I Eat in Bed, and It Actually Helps Me Create Less Mess (I’ll Never Stop Doing It!)

published Jun 11, 2024
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head on shot of a white bedside table with a small blue tray of snacks close to the bed.
Credit: Photo: Alex Lepe; Prop Styling: Maya Borrero

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I commit a cardinal sin of cleanliness almost daily: I eat in my bed. And not just snacks — my pillows see breakfast, lunch, and dinner. 

Because I work remotely, I spend a lot of time inside my apartment during working hours. And although I sit at my desk for meetings, I do most other things from the comfort of my bed. When I’m in the middle of a writing assignment, I find it counterproductive to get out of bed to eat when I could instead multitask, so I stay there. I leave a few packaged snacks on my nightstand for midday solace, and my “snack corner” and bed are surprisingly my perfect pairing for productivity.

And while it may seem dirty, I find that this actually helps me create less mess elsewhere in my bedroom and apartment. Here’s why.

The clutter is contained.

I justify my cluttered snack corner because it’s just one space in my living quarters. At the moment, my nightstand is housing a Cheez-It box, a bag of Reese’s Minis, a bag of orange slice candies I won at a drag queen bingo event, a partial glass of Poppi, and, of course, my emotional support water bottle. It also always has my Carmex, a tissue box, and a candle — to be a little classy.

And while my desk isn’t always spotless, everything on it has a place and is what you’d typically find at a desk: no food in sight. My nightstand snacks are easily accessible from my bed so I don’t need things elsewhere, even if the kitchen is only 15 steps away.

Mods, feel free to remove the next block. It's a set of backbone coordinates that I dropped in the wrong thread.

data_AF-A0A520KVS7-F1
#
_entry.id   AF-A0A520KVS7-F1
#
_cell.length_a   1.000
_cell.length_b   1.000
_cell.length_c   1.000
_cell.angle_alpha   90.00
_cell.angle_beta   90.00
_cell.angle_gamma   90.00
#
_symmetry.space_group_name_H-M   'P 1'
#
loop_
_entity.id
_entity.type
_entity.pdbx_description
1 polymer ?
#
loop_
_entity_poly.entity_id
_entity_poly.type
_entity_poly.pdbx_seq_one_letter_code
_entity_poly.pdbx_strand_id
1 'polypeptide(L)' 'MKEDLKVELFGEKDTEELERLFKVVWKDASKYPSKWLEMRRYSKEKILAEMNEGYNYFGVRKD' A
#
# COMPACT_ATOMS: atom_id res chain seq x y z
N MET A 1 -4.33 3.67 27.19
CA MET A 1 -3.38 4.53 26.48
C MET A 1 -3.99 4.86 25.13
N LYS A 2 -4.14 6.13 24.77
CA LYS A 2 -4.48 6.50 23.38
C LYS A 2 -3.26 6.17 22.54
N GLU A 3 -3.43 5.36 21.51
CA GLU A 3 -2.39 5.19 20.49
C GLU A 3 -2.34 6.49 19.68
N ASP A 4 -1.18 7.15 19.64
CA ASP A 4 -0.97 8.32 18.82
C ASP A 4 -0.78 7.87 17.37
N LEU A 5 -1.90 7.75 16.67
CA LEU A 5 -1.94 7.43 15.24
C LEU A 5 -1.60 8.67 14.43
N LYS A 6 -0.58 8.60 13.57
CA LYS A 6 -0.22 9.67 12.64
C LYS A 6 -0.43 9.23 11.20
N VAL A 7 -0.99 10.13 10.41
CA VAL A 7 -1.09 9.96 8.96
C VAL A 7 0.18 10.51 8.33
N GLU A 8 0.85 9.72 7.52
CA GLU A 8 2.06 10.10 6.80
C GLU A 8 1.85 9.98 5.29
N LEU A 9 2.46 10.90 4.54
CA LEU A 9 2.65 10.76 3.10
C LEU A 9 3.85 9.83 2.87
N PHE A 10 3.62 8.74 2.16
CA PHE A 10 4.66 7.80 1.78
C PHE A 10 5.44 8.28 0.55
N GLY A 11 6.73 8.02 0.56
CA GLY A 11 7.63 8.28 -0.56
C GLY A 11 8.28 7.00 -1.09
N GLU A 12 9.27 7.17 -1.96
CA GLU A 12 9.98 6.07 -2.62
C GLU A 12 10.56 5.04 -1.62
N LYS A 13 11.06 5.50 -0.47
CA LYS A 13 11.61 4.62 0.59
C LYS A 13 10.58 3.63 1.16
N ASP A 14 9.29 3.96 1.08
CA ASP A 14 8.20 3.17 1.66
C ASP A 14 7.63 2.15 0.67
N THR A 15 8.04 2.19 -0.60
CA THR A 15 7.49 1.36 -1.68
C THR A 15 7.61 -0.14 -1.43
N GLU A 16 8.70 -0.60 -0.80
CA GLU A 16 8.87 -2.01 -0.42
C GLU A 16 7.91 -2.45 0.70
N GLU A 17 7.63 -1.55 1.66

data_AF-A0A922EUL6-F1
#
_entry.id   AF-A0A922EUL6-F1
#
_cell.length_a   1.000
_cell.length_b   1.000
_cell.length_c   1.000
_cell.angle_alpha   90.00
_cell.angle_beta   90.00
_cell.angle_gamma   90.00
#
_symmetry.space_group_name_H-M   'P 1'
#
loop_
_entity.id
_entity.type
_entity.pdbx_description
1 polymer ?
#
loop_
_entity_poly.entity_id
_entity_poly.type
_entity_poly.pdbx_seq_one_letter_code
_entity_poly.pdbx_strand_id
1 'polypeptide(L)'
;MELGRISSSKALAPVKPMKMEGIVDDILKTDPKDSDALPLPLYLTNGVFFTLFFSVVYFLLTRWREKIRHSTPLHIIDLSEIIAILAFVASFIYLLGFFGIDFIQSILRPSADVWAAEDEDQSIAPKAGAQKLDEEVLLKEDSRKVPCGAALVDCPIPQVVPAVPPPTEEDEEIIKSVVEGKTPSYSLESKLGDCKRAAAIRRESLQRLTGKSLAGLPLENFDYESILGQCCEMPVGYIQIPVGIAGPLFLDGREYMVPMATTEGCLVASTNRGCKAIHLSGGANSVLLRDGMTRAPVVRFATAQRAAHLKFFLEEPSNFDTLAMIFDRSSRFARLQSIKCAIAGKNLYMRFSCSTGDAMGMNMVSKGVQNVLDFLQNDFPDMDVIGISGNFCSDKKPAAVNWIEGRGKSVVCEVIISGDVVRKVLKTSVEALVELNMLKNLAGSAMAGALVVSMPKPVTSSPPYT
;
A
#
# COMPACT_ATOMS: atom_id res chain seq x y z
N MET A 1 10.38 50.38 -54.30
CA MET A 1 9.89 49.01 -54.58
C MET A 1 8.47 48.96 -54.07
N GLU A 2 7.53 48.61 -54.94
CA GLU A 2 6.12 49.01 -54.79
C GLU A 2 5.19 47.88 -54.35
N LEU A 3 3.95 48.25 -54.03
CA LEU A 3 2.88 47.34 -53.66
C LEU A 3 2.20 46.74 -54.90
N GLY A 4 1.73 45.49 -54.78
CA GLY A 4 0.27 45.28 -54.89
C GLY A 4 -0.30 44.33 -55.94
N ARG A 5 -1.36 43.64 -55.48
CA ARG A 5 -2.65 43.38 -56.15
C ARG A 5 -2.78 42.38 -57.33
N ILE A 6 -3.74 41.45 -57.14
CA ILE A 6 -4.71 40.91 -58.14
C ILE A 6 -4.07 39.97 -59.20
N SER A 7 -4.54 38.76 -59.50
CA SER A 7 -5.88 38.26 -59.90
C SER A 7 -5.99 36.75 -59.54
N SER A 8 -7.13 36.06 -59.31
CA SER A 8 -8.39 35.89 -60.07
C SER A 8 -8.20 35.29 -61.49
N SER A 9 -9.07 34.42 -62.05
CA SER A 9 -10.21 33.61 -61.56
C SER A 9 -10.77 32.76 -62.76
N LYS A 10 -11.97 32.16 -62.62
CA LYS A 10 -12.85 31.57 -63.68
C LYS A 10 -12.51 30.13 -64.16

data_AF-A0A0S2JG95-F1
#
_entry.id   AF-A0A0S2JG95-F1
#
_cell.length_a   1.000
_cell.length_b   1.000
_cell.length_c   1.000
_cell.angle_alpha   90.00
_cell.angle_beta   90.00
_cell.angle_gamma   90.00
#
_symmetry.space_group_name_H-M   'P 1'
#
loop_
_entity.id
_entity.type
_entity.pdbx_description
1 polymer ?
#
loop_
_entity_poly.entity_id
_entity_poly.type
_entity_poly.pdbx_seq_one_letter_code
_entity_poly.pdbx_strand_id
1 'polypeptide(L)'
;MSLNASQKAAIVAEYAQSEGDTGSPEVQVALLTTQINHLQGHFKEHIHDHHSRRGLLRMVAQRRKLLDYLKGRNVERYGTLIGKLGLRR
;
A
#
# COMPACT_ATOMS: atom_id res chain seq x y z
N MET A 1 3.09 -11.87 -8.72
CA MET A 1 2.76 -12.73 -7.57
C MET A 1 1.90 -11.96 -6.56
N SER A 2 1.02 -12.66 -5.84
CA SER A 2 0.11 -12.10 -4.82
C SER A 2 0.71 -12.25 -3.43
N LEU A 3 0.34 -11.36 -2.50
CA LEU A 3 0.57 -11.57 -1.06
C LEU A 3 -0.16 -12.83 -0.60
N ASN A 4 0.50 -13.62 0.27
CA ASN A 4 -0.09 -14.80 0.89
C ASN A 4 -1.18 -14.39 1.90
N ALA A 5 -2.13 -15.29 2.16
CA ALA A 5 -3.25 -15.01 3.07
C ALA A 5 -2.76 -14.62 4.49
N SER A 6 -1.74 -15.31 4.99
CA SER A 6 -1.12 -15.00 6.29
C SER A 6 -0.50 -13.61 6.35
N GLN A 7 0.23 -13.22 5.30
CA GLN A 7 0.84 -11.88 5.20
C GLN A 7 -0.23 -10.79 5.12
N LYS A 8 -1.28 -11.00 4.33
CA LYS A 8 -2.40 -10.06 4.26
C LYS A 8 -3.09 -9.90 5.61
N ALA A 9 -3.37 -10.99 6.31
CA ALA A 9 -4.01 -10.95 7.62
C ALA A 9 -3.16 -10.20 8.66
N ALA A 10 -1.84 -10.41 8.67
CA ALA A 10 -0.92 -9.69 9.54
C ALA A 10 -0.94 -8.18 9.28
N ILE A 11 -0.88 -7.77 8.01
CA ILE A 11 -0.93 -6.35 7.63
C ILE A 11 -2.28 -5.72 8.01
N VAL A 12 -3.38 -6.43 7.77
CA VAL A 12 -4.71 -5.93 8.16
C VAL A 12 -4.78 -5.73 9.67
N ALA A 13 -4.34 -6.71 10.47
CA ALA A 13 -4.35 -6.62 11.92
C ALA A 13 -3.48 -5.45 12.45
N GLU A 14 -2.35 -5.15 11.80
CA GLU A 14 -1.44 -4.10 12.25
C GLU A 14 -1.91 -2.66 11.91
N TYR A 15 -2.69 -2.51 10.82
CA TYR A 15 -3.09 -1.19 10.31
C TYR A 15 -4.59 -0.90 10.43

Dishes don’t pile up.

It may come as a surprise, given my eating habits, but I cannot stand when dishes pile up. I don’t let them live on my nightstand, and when I’m working I don’t want a chore looming over my head to do later, so they don’t stay in the sink for long, either. 

Washing dishes is my least favorite chore, so I try to clean them as soon as they get dirty to avoid stress later. I know this makes my future self happy!

It forces me to clean more.

If I’m eating in my bedroom, I have to be diligent about little crumbs or drips, as I don’t want any unwelcome pests. I do laundry and sweep my floors more often than I did when I ate most of my meals at my dinner table. 

I also don’t want it to smell like leftover takeout all day, so my candles and wall fragrances tag-team clearing the air. Most days, you wouldn’t even know I ate a full buffet from bed.

It allows me to meet myself where I’m at.

Sometimes getting out of bed seems like the hardest, heaviest thing you can do. Whatever the reason is that keeps you from leaving, giving yourself the grace to stay in bed when you need to can do wonders. It helps me make sure there’s less of a mental mess, too.

Staying indoors and eating comfort food (that I’ve had delivered) from bed in sweatpants and a ratty T-shirt are some of my favorite days — especially when my social battery is running on empty.

I used to only eat in bed on days when I wasn’t feeling the best. I’d surround myself with stuffed animals and more pillows than one person should need, plug in my multi-colored string lights, and watch reality TV reruns with a pint of ice cream as emotional support. 

But I realized the sensation of being surrounded by the things that make me feel safe and comforted shouldn’t only be reserved for bad mental health days. 

When I’m nearing a deadline and need to lock into the workflow, I work in my bed distraction-free. And I’ve had plenty of Dance Moms marathons in my bed with a homemade three-course meal and wine. 

Doing things from bed is often looked at as lazy, but to me it’s about the ease of being in an environment that I’ve created just for me. Plus, what’s so bad about being “lazy” if I’m getting my chores and work done, eating enough, and recharging my battery?

If you think this dining routine may work for you, I suggest giving it a try — but maybe don’t start with soup.